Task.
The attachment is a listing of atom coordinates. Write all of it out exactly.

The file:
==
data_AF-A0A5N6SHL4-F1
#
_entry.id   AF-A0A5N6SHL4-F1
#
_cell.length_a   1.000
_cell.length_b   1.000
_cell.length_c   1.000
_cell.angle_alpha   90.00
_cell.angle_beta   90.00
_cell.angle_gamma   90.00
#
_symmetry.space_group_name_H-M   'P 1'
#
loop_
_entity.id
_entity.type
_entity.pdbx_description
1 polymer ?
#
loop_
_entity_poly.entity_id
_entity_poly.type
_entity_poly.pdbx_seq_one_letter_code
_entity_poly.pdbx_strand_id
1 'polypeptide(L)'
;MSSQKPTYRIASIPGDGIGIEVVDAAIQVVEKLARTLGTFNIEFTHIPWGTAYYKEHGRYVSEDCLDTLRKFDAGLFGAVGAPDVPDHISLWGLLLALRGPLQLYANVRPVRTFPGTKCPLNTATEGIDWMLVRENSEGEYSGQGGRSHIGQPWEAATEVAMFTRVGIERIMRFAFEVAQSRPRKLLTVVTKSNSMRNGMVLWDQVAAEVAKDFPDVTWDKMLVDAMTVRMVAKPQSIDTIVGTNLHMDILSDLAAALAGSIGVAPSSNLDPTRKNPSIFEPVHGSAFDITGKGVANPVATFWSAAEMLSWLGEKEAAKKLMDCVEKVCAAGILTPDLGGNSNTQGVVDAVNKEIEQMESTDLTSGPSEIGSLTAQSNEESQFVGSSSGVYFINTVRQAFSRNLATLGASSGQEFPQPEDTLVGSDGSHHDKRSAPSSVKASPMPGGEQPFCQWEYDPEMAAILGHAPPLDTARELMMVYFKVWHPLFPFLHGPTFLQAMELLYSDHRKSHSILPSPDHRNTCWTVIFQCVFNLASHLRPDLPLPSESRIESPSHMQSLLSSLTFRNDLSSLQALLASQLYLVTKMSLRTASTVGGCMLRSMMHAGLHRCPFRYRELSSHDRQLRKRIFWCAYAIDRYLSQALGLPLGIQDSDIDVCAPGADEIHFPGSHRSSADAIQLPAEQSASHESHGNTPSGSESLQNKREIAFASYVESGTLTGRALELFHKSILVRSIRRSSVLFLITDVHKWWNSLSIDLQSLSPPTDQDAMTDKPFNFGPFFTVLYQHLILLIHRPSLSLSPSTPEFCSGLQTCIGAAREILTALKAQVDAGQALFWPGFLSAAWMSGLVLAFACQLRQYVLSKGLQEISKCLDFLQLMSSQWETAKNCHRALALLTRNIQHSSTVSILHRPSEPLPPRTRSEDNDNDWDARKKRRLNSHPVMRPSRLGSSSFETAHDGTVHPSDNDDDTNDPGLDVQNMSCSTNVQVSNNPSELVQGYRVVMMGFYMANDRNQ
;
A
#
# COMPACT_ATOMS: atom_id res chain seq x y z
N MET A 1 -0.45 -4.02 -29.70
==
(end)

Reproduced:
data_AF-A0A5N6SHL4-F1
#
_entry.id   AF-A0A5N6SHL4-F1
#
_cell.length_a   1.000
_cell.length_b   1.000
_cell.length_c   1.000
_cell.angle_alpha   90.00
_cell.angle_beta   90.00
_cell.angle_gamma   90.00
#
_symmetry.space_group_name_H-M   'P 1'
#
loop_
_entity.id
_entity.type
_entity.pdbx_description
1 polymer ?
#
loop_
_entity_poly.entity_id
_entity_poly.type
_entity_poly.pdbx_seq_one_letter_code
_entity_poly.pdbx_strand_id
1 'polypeptide(L)'
;MSSQKPTYRIASIPGDGIGIEVVDAAIQVVEKLARTLGTFNIEFTHIPWGTAYYKEHGRYVSEDCLDTLRKFDAGLFGAVGAPDVPDHISLWGLLLALRGPLQLYANVRPVRTFPGTKCPLNTATEGIDWMLVRENSEGEYSGQGGRSHIGQPWEAATEVAMFTRVGIERIMRFAFEVAQSRPRKLLTVVTKSNSMRNGMVLWDQVAAEVAKDFPDVTWDKMLVDAMTVRMVAKPQSIDTIVGTNLHMDILSDLAAALAGSIGVAPSSNLDPTRKNPSIFEPVHGSAFDITGKGVANPVATFWSAAEMLSWLGEKEAAKKLMDCVEKVCAAGILTPDLGGNSNTQGVVDAVNKEIEQMESTDLTSGPSEIGSLTAQSNEESQFVGSSSGVYFINTVRQAFSRNLATLGASSGQEFPQPEDTLVGSDGSHHDKRSAPSSVKASPMPGGEQPFCQWEYDPEMAAILGHAPPLDTARELMMVYFKVWHPLFPFLHGPTFLQAMELLYSDHRKSHSILPSPDHRNTCWTVIFQCVFNLASHLRPDLPLPSESRIESPSHMQSLLSSLTFRNDLSSLQALLASQLYLVTKMSLRTASTVGGCMLRSMMHAGLHRCPFRYRELSSHDRQLRKRIFWCAYAIDRYLSQALGLPLGIQDSDIDVCAPGADEIHFPGSHRSSADAIQLPAEQSASHESHGNTPSGSESLQNKREIAFASYVESGTLTGRALELFHKSILVRSIRRSSVLFLITDVHKWWNSLSIDLQSLSPPTDQDAMTDKPFNFGPFFTVLYQHLILLIHRPSLSLSPSTPEFCSGLQTCIGAAREILTALKAQVDAGQALFWPGFLSAAWMSGLVLAFACQLRQYVLSKGLQEISKCLDFLQLMSSQWETAKNCHRALALLTRNIQHSSTVSILHRPSEPLPPRTRSEDNDNDWDARKKRRLNSHPVMRPSRLGSSSFETAHDGTVHPSDNDDDTNDPGLDVQNMSCSTNVQVSNNPSELVQGYRVVMMGFYMANDRNQ
;
A
#
# COMPACT_ATOMS: atom_id res chain seq x y z
N MET A 1 -0.45 -4.02 -29.70